Sometimes, it may happen that you configure a Group Policy setting but later you can’t remind it. When you can’t recall that setting, it becomes quite painful to restore the Group Policy setting to original configuration, such that the effect of corresponding setting can be nullified. In this post, we’ll discuss one such situation and its remedy.
Actually, speaking from personal experience, I configured a Group Policy setting to block troubleshooting on a machine. But later, I forgot the exact setting (& its location) which I’ve configured earlier and now when I open Troubleshooting under Control Panel, all I can see is this message:
For your security, some settings are controlled by Group Policy.
From the message, I can conclude that unless I disable the corresponding Group Policy setting, I won’t be able to see troubleshooting packages in this window. So if you’re also in same situation like me, you can use Resultant Set of Policies to find out or recall the GPO setting(s) you’ve configured and you can no longer remember them. After finding the exact GPO setting, you can easily set it to Not Configured state to restore original configuration of machine. Here’s how:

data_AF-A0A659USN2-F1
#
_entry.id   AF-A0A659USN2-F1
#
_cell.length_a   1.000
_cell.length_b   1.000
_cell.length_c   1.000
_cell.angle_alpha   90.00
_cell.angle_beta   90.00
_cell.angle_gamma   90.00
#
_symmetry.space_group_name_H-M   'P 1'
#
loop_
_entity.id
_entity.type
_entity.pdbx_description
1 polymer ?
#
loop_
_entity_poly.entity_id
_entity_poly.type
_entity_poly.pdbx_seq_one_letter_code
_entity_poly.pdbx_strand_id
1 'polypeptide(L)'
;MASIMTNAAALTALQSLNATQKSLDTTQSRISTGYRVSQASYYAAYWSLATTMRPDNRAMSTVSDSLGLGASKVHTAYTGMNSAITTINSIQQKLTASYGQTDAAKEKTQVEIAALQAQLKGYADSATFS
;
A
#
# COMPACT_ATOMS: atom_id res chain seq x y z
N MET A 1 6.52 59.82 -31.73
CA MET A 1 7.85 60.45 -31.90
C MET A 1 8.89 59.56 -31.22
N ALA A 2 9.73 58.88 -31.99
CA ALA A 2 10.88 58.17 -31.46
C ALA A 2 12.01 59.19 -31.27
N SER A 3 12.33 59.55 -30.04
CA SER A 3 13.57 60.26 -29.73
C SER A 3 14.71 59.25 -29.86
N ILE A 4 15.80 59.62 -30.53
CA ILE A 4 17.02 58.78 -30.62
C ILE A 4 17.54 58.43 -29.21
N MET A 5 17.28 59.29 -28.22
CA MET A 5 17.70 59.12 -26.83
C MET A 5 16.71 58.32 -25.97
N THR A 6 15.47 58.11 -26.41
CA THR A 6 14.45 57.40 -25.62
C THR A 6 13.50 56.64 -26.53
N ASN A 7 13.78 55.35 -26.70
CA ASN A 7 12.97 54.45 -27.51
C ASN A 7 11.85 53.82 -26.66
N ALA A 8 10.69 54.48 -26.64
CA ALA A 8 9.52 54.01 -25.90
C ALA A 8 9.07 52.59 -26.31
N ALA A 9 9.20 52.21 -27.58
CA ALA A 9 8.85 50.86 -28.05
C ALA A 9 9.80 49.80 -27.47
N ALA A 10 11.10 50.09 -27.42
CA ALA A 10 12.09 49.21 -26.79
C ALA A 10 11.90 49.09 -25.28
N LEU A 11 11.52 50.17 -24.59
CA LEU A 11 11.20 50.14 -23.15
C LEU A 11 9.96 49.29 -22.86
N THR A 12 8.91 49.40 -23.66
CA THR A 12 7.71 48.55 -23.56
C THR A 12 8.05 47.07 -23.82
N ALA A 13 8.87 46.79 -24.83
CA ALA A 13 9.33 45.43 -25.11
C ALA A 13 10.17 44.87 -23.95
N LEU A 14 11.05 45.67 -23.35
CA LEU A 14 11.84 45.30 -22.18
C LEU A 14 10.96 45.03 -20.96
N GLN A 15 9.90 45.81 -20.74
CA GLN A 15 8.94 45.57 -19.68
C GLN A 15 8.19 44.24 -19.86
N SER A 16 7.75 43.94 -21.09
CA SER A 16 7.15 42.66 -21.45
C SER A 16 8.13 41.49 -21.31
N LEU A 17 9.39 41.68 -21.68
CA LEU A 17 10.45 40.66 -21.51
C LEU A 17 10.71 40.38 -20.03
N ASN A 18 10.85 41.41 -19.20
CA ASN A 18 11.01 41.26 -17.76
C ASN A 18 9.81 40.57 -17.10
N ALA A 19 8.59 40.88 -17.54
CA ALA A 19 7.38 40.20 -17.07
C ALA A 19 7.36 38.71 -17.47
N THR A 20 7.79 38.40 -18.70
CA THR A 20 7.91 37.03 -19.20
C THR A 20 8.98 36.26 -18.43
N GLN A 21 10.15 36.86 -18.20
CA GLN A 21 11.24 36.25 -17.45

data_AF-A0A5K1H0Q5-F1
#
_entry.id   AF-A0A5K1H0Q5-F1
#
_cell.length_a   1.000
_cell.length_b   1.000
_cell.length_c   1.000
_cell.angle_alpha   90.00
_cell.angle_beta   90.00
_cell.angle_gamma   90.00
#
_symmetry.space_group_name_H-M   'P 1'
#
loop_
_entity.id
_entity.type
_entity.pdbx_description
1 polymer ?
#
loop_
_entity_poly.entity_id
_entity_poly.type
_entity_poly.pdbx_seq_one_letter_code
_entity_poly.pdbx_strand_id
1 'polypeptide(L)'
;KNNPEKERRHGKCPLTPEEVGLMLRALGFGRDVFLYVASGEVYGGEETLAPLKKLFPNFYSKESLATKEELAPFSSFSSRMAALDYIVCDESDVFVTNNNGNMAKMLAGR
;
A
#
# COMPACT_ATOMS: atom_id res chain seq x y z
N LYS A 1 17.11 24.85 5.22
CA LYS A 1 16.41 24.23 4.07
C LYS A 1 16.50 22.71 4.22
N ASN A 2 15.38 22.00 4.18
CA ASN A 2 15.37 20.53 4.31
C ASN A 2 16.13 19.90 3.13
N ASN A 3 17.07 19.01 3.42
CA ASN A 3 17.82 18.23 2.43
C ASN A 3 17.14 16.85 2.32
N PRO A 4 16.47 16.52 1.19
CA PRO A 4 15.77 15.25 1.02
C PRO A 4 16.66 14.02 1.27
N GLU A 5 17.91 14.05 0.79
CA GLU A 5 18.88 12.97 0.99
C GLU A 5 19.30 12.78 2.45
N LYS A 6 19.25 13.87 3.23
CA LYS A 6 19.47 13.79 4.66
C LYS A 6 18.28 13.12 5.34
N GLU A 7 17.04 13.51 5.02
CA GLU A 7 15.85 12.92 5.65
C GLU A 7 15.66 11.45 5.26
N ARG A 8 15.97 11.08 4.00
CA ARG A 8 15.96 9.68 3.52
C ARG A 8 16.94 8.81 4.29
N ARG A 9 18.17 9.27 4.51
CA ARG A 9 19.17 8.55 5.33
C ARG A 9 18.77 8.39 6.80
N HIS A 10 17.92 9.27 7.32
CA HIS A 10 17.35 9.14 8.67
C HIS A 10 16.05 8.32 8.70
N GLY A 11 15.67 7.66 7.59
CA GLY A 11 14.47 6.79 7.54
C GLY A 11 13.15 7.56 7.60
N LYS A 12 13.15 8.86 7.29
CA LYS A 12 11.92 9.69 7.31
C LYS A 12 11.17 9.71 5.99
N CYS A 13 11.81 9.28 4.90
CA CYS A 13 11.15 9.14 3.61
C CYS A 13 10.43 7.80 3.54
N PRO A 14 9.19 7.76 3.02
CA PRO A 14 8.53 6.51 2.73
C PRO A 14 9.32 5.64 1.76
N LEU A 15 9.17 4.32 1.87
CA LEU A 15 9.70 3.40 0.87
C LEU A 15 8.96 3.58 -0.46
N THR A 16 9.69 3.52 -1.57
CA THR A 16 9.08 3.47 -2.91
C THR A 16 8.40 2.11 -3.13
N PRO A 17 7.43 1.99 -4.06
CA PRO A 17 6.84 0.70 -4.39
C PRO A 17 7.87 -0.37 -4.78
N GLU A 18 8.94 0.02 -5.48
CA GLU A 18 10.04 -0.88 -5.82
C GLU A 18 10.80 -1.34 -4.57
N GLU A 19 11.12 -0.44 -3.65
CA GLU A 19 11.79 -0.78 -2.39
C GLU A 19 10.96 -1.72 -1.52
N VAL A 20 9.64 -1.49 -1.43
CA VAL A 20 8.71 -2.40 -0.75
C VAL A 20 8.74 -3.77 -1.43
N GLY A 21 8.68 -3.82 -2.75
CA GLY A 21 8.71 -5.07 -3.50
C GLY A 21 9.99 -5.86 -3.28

FIX : For Your Security, Some Settings Are Controlled By Group Policy In Windows 10
1. Press + R and put rsop.msc in Run dialog box to open Resultant Set of Policies. Click OK.
After clicking OK, wait for the snap-in to load:
2. Next, in the Resultant Set of Policy window, you’ll be able to see only those settings which you’ve configured. Hence rest of settings which have default state of Not Configured are hidden here. Thus you can easily spot and figure out the GPO setting you’ve configured earlier. Using this analogy, I found the troubleshooting related setting which I’ve changed some time back. Now that you’ve got your setting, remembering its path/location, you can close Resultant Set of Policy window.
3. Moving on, open same setting using Group Policy snap-in. Double click on the GPO setting to re-configure it.
4. In the policy configuration window, set it back to Not Configured (default) state. Click Apply followed by OK.
Thus, in this way the corresponding program can be altered and unblocked by Group Policy.
Hope you find the post useful!